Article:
I am having a subtle problem with IE 8. We have a site with a number of pages that involve Google maps. The site works if you use IE 7 or Firefox. If you use IE 8, you will sometimes get error KB927917 regardless of the setting of the compatibility mode and other modes.
I have done a more thorough investigation of this problem. If I go into the IE 8 Developers Tools and set the cache mode to "Always Refresh from Server" The pages all load perfectly from the source server. They all pass w3c validation as well. If I navigate around the site and then use the forward and back buttons, IE 8 refreshes the pages from the server as you would expect. The whole site works flawlesly. If I now disable "Always Refresh from Server" I can still use the forward and back buttons to view previously visited pages and the browser will render them from the cache without any problem and without contacting the source server. IE 8 fails with the KB927917 error if I now navigate to a page containing a map and IE 8 contacts the source server to refresh the page! I orginally thought this was a problem loading pages from the cache, but what I have observed is that it is a problem loading pages from the server (perhaps with parts being retrieved from the caceh.) This is totally conterintuitive.
What is totally frustrating is that KB927917 claims the pages are modifying a parent container before a child element is closed. If that is the case, why on earth doesn't it include the ids of the elements in question and why if that is the case do the pages load flawlessly when "Always Refresh from Server" is enabled?
Check your settings for
Tools>Internet Options, Advanced tab, Security section, "Enable DOM Storage" (default is enabled).
You should always test your site with the default Advanced tab, and security zone settings.
When you browse your site from the Visual Studio environment you are using the asp.net User's IE's settings.
Google Maps uses AJAX and DOM storage to maintain state information about the zoom level and selected Pin positions.
I run vanilla IE 8, so "Enable DOM Storage" is checked.
Perhaps you missed this key point: All these pages load flawlessly if the IE8 caching discipline is set to "Always Refresh from Server". This is true regardless of any setting like Security, Browser Mode, Document Mode, etc. settings, I hvae tried all of these at one time another. One way of interpreting this is that nothing is wrong with the pages. There are no parsing errors in FF or in IE8 when "Always Refresh from Server" is set. It is when you turn this off and the browser attempts to load the page form the server that things go wrong. There is some state / history saved by IE8 that causes things to go awry, but how do you find it? The problem is the dignostic "KB927917: HTML Parsing Error: Unable to modify the parent container element before the child is closed at Line 0, Code 0, Char 0" is next to useless. It is probably wrong (1) becasue all modification of the one DOM element is doen in the <body> onload function which and (2) becasue the IE 8 has made it quite far down the <head> (~8KB when it quits) so it is well beyound Line 0, Code 0, Char 0)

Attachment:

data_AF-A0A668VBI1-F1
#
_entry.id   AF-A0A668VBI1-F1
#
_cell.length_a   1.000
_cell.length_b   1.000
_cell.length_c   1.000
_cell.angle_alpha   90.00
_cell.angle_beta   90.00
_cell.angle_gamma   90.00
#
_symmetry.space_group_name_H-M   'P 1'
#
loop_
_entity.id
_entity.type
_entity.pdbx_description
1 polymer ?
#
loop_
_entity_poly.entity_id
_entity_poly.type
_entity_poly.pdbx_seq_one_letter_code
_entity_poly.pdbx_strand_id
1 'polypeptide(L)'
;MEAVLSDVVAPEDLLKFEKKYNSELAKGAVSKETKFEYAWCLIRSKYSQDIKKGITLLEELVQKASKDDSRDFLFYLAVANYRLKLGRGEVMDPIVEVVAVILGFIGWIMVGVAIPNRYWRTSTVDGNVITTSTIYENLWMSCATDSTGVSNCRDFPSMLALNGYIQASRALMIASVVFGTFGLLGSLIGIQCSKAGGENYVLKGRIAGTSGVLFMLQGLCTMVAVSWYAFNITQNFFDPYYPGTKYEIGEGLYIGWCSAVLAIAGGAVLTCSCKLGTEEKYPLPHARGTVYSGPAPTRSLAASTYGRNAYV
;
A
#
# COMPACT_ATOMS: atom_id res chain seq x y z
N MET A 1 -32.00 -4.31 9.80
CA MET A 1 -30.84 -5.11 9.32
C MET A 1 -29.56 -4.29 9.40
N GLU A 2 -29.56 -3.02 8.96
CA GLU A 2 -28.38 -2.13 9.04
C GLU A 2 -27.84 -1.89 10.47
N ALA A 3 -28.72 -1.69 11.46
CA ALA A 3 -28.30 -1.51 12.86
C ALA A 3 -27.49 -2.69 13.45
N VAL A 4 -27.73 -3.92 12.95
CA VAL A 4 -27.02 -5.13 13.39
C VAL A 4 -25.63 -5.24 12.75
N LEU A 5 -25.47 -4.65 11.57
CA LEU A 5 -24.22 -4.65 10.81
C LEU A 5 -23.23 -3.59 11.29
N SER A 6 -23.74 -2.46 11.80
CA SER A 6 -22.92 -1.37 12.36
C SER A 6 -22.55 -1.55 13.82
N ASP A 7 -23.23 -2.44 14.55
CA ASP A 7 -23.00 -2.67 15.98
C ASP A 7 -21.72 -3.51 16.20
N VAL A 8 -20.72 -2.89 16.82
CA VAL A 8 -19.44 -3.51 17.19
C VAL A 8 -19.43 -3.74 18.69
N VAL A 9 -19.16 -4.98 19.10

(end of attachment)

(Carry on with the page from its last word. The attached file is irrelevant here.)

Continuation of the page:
This almost surely an IE 8 bug. What I need is a concrete, actionable, suggestion on how to make progress on debugging this. The "try this, try that" approach is akin to "shooting fish in a barrel". I.e., it is unlikely to poroduce a solution.
The penny has dropped. I just answerd your other thread and see that this is the same issue.
Agreed, try this or that is futile guessing.
Can we have the site link?
(... some reflection.....)
"KB927917: HTML Parsing Error: Unable to modify the parent container element before the child is closed at Line 0, Code 0, Char 0"
(... another penny dropped...)
Here's the IE Blog post
(I am sorry the KB927917 meant nothing to us in you first post. whent straight ahead and assumed standards compliance issues) Trying to resolve your issue over three threads is confusing.
Nothing to do with a SQUID proxy then I guess.
OK. Point well taken. I will stick with this thread unless you indicate otherwise.
I have a test site that you can access. It is password protected and I would prefer not to post the login credentials in the forum as what this site does is considered company confidential. (However, I do have permission to do just that.) If you can suggest a way that I can pass you the information in a not so public way, I would prefer to do that. (Skype might be one way, LinkedIn might be another)